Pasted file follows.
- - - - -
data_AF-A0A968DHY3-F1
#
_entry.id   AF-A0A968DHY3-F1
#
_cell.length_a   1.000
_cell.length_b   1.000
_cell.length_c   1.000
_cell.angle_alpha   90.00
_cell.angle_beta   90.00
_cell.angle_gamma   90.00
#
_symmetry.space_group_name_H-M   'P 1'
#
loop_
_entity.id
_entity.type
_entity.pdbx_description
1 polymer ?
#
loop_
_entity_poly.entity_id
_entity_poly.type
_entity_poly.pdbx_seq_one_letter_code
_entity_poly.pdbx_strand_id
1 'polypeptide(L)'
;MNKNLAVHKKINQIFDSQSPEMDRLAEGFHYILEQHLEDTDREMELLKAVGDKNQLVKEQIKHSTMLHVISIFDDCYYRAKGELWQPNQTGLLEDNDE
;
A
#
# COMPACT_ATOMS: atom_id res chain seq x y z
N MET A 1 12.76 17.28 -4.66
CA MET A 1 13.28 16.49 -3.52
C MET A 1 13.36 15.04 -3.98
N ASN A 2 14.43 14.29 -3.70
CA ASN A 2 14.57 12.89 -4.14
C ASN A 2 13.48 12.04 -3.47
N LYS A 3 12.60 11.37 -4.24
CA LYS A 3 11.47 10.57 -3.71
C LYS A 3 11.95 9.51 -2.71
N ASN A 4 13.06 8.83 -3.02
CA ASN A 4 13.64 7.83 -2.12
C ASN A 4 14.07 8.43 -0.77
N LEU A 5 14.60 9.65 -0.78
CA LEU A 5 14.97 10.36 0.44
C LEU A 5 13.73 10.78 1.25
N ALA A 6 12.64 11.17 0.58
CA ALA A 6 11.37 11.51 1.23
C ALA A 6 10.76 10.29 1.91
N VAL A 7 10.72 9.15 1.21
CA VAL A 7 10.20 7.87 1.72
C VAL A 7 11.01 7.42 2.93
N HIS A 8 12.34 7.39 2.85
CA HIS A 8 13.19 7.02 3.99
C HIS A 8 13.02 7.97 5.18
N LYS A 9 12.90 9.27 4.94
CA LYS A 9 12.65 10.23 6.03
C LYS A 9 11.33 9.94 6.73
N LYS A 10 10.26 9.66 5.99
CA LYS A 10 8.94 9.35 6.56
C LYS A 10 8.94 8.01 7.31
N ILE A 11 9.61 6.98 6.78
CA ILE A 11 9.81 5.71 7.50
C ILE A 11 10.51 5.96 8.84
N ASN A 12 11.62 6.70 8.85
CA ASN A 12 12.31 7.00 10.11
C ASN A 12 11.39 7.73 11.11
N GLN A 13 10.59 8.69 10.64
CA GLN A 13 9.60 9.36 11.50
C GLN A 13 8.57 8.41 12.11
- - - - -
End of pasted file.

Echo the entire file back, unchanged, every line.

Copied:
data_AF-A0A968DHY3-F1
#
_entry.id   AF-A0A968DHY3-F1
#
_cell.length_a   1.000
_cell.length_b   1.000
_cell.length_c   1.000
_cell.angle_alpha   90.00
_cell.angle_beta   90.00
_cell.angle_gamma   90.00
#
_symmetry.space_group_name_H-M   'P 1'
#
loop_
_entity.id
_entity.type
_entity.pdbx_description
1 polymer ?
#
loop_
_entity_poly.entity_id
_entity_poly.type
_entity_poly.pdbx_seq_one_letter_code
_entity_poly.pdbx_strand_id
1 'polypeptide(L)'
;MNKNLAVHKKINQIFDSQSPEMDRLAEGFHYILEQHLEDTDREMELLKAVGDKNQLVKEQIKHSTMLHVISIFDDCYYRAKGELWQPNQTGLLEDNDE
;
A
#
# COMPACT_ATOMS: atom_id res chain seq x y z
N MET A 1 12.76 17.28 -4.66
CA MET A 1 13.28 16.49 -3.52
C MET A 1 13.36 15.04 -3.98
N ASN A 2 14.43 14.29 -3.70
CA ASN A 2 14.57 12.89 -4.14
C ASN A 2 13.48 12.04 -3.47
N LYS A 3 12.60 11.37 -4.24
CA LYS A 3 11.47 10.57 -3.71
C LYS A 3 11.95 9.51 -2.71
N ASN A 4 13.06 8.83 -3.02
CA ASN A 4 13.64 7.83 -2.12
C ASN A 4 14.07 8.43 -0.77
N LEU A 5 14.60 9.65 -0.78
CA LEU A 5 14.97 10.36 0.44
C LEU A 5 13.73 10.78 1.25
N ALA A 6 12.64 11.17 0.58
CA ALA A 6 11.37 11.51 1.23
C ALA A 6 10.76 10.29 1.91
N VAL A 7 10.72 9.15 1.21
CA VAL A 7 10.20 7.87 1.72
C VAL A 7 11.01 7.42 2.93
N HIS A 8 12.34 7.39 2.85
CA HIS A 8 13.19 7.02 3.99
C HIS A 8 13.02 7.97 5.18
N LYS A 9 12.90 9.27 4.94
CA LYS A 9 12.65 10.23 6.03
C LYS A 9 11.33 9.94 6.73
N LYS A 10 10.26 9.66 5.99
CA LYS A 10 8.94 9.35 6.56
C LYS A 10 8.94 8.01 7.31
N ILE A 11 9.61 6.98 6.78
CA ILE A 11 9.81 5.71 7.50
C ILE A 11 10.51 5.96 8.84
N ASN A 12 11.62 6.70 8.85
CA ASN A 12 12.31 7.00 10.11
C ASN A 12 11.39 7.73 11.11
N GLN A 13 10.59 8.69 10.64
CA GLN A 13 9.60 9.36 11.50
C GLN A 13 8.57 8.41 12.11